QRIDA and Qld Treasury Corporation doing regional roadshow

QTC's Mark Girard and Phil Noble, with QRIDA director, Brendan Egan, at the Gowrie bull sale west of Charleville last week. Picture - Sally Cripps.
QTC's Mark Girard and Phil Noble, with QRIDA director, Brendan Egan, at the Gowrie bull sale west of Charleville last week. Picture - Sally Cripps.

Water and road infrastructure plans were on the agenda for Queensland Treasury Corporation taking a regional roadshow last week.

CEO, Phil Noble, and client advisory division managing director, Mark Girard, among others, visited local government clients at Moranbah and Clermont, Normanton and Karumba, Cloncurry, and Charleville, accompanied by Brendan Egan, a director with the Queensland Rural and Industry Development Authority.

While in the Murweh shire they watched some of the healthy bidding at the Gowrie stud’s Simbrah and Simmental bull sale, in advance of hosting a dinner in Charleville for surrounding shire representatives and local business owners to share the economic opportunities they saw for the region.

Questioned as to the interest being shown by other shires in the $18m exclusion fencing loan undertaken by the Longreach Regional Council, Mr Girard said they had sponsored a forum at St George earlier in the year, involving councils from as far east as Southern Downs and west to Quilpie, at which the Longreach Regional Council’s experience was shared.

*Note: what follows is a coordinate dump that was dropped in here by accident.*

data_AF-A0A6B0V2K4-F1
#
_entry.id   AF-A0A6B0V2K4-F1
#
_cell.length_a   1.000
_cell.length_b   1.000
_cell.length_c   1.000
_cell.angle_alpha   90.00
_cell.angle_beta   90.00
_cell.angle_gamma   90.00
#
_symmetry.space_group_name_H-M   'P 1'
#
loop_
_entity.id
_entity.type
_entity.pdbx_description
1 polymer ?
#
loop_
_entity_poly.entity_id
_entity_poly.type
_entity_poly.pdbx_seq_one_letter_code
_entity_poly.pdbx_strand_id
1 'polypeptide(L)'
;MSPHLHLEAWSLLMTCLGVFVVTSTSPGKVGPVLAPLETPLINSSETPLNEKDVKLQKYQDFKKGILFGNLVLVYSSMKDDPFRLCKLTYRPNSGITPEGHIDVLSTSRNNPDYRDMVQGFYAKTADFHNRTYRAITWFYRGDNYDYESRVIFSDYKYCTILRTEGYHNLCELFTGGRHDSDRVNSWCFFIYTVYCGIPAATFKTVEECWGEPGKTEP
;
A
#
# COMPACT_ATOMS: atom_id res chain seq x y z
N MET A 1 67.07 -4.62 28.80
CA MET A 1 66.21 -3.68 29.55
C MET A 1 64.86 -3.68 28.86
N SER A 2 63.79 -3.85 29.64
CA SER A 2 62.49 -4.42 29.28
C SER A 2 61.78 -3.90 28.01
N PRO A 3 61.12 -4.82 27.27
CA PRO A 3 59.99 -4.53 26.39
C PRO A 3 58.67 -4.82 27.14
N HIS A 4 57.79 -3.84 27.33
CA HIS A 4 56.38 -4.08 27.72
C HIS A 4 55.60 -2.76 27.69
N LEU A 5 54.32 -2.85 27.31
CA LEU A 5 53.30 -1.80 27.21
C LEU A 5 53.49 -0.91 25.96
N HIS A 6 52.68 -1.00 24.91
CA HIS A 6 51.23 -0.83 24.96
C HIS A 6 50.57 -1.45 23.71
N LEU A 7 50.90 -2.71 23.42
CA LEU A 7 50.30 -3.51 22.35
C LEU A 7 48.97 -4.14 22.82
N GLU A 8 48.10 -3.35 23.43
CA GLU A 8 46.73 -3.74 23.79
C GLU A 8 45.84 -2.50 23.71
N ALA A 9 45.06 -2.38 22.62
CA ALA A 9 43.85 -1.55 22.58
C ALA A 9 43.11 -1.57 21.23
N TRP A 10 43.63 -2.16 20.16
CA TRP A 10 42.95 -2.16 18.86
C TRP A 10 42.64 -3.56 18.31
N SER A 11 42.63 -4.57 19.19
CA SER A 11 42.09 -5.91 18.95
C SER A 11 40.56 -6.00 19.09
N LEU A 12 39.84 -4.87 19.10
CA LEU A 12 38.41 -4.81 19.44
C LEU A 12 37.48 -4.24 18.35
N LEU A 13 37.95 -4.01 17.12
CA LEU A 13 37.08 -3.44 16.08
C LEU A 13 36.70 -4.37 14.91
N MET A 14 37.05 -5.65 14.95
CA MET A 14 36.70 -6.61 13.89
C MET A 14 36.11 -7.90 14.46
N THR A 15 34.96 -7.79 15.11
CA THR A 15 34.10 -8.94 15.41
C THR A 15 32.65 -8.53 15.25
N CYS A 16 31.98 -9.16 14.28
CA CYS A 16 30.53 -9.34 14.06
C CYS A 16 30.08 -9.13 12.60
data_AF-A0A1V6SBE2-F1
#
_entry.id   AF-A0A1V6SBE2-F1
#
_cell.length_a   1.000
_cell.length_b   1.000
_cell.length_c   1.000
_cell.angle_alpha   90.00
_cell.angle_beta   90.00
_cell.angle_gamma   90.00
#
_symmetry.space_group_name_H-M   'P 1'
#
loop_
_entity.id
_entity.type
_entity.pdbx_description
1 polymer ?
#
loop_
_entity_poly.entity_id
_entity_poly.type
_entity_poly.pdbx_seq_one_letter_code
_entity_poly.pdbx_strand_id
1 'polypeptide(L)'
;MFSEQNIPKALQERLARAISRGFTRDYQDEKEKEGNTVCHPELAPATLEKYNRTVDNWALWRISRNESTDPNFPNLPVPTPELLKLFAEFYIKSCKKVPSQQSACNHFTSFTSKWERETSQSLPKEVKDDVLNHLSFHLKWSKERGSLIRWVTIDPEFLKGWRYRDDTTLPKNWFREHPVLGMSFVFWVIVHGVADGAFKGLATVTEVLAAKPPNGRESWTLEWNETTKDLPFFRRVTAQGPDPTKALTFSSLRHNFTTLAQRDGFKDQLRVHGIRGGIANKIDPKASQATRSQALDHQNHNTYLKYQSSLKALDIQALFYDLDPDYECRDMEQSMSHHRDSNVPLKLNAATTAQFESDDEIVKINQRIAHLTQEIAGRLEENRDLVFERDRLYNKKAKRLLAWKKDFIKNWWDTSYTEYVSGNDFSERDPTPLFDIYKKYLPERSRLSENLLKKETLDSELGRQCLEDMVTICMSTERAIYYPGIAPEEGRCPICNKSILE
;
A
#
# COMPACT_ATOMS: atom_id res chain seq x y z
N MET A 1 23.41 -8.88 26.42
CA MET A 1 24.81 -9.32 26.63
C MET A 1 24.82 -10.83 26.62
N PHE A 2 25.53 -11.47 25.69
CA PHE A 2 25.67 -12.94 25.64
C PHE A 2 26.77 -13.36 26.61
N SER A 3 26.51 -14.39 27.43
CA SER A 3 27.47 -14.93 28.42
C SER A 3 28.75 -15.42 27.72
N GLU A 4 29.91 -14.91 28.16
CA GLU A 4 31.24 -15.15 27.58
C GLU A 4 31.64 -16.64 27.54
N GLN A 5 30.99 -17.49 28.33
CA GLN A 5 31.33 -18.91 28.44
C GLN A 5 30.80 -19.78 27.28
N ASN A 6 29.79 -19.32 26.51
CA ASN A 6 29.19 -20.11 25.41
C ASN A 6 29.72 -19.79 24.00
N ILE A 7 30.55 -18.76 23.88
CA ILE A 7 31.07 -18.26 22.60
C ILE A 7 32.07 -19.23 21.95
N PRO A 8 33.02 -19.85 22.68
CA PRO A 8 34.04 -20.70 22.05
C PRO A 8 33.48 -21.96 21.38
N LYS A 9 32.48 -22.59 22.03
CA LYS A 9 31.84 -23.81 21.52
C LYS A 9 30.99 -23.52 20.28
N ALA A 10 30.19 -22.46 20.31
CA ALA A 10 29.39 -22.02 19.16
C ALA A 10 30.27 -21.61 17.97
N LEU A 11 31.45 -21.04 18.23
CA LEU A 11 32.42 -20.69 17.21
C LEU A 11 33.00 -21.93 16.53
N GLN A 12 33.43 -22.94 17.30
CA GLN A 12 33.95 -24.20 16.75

“We explored the full range of funding opportunities, from QTC loans to be recovered at special rates, all the way through to QRIDA loans, bringing all the stakeholders together,” he said.

“The follow-up was to put together a framework so landholders could better understand what all the different options were and what the tax implications of each are.

“The idea is to encourage people to take advantage of the grant subsidy that’s available or to borrow from banks or QRIDA.”

Mr Egan said QTC was putting a matrix together of all the different funding sources and tax implications, adding that generally, money would be needed from a variety of sources to fund ongoing fencing.

“We borrow money from QTC to on-lend to individual primary producers getting into agriculture or improving. QTC is like our banker,” Mr Egan said. “With drought, people are sitting back a little bit, but we’ve got our regional network out there, talking to people every day.”

He said succession planning was a big focus, loaning $60m in First Start loans last financial year, which they were aiming to increase to $70m this year.

The average age of the 109 applicants in 2017-18 was 36 years, and the beef industry was overwhelmingly the group making the most use of productivity loans at a 58 per cent uptake rate.

Mr Egan said young people could sometimes be viewed as higher risk, which was where QRIDA, as a government lender, could help bridge a finance gap with a commercial lender to give them a start.